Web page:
Pacific Science Volume 43, Number 4, 1989

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Pacific Science is a quarterly publication devoted to the biological and physical sciences of the Pacific Region.


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    43: Index - Pacific Science
    (University of Hawaii Press, 1989)
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    43:4 Table of Contents - Pacific Science
    (University of Hawaii Press, 1989-10)
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    Simulation of Organic Chemical Movement in Hawaii Soils with PRZM: 2. Predicting Deep Penetration of DBCP, EDB, and TCP
    (University of Hawaii Press, 1989-10) Loague, Keith ; Giambelluca, Thomas W. ; Green, Richard E. ; Liu, Clark C.K. ; Liang, Tony C. ; Oki, Delwyn S.
    PRZM was employed to simulate deep leaching of three fumigant chemicals beneath a central Oahu pineapple field. Our results suggest that PRZM, although not deployed here within the range of conditions for which the model was developed, can be a useful tool for making pesticide leaching assessments in Hawaii.
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    Phyllosoma Larvae and the Ocean Currents off the Hawaiian Islands
    (University of Hawaii Press, 1989-10) Phillips, B.F. ; McWilliam, P.S.
    A total of 73 phyllosoma larvae of slipper or spiny lobster species and one nisto stage were collected about 20 km off the southwest coast of Oahu between August 1977 and October 1978. Larvae of Arctides regalis, Scyllarus aurora, Scyllarides squammosus, Panulirus marginatus, and Panulirus penicillatus, all found as adults in the Hawaiian Islands, were present in the samples. In addition, larvae of Scyllarus demani and another species tentatively identified as Panulirus longipes femoristriga, not recorded as adults in the Hawaiian Islands, were present. The unidentified nisto, possibly of the Hawaiian slipper lobster, Scyllarus aurora, is described and illustrated.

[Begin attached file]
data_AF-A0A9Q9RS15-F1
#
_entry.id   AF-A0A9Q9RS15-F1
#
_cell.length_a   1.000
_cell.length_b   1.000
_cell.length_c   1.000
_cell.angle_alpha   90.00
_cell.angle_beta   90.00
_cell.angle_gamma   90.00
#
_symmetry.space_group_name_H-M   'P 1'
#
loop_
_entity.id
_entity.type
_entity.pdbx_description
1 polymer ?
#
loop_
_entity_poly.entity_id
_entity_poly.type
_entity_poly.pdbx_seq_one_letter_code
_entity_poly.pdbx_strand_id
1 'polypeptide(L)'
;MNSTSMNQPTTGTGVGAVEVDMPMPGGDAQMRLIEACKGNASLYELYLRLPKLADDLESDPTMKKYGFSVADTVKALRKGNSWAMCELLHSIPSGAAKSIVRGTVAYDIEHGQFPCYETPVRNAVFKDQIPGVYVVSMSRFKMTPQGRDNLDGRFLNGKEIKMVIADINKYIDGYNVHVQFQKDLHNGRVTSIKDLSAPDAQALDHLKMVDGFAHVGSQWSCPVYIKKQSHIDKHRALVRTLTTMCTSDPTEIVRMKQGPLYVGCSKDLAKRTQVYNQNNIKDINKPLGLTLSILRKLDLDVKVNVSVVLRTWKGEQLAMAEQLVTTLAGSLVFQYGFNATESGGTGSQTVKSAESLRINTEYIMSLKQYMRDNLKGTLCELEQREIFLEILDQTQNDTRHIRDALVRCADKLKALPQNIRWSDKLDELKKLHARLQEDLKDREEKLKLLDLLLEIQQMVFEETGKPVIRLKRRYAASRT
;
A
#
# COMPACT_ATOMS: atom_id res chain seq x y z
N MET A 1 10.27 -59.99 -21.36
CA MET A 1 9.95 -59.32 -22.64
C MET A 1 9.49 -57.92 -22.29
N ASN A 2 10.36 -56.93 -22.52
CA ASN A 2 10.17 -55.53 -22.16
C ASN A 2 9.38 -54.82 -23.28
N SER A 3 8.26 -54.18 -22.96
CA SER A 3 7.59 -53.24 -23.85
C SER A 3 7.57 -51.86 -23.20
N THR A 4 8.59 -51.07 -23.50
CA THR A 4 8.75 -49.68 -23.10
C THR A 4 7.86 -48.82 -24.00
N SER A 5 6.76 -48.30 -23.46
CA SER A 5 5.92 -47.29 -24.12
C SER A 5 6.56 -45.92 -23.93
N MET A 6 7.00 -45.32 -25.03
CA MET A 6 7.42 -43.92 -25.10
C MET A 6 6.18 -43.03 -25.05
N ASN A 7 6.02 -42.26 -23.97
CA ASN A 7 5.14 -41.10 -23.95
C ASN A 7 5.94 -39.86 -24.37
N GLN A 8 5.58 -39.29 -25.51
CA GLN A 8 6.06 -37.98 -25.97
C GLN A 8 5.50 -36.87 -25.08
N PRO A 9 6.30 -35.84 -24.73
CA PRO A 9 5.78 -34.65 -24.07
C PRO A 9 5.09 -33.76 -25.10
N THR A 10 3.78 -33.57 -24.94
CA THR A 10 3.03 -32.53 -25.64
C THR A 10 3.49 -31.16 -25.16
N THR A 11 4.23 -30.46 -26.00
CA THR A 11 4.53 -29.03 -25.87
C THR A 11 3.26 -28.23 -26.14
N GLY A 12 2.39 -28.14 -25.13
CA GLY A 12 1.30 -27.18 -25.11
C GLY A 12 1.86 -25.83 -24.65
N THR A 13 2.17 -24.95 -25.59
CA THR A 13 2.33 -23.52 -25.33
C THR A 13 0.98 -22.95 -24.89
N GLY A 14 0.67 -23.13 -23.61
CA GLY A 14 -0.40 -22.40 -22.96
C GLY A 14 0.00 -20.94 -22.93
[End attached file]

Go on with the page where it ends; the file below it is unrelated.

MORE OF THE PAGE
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    Species of Dasyaceae (Rhodophyta) from Hawaii
    (University of Hawaii Press, 1989-10) Schlech, Kristen E. ; Abbott, Isabella A.
    Eight species of Dasyaceae (Ceramiales, Rhodophyta) are reported from the Hawaiian Islands, extending the geographic range for six of the species into the central North Pacific. The species are Heterosiphonia crispella, Eupogodon anastomosans, Eupogodon iridescens, Eupogodon pilosus, Dasya baillouviana, Dasya collinsiana, Dasya corymbtfera, and Dasya iyengarii. Heterosiphonia crispella (as H. wurdemannii var. laxa) and D. baillouviana were previously listed from Hawaii.
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    Biomass and Compositional Characteristics of Kaneohe Bay, Oahu, Hawaii, Phytoplankton Inferred from Regression Analysis
    (University of Hawaii Press, 1989-10) Taguchi, Satoru ; Laws, Edward A.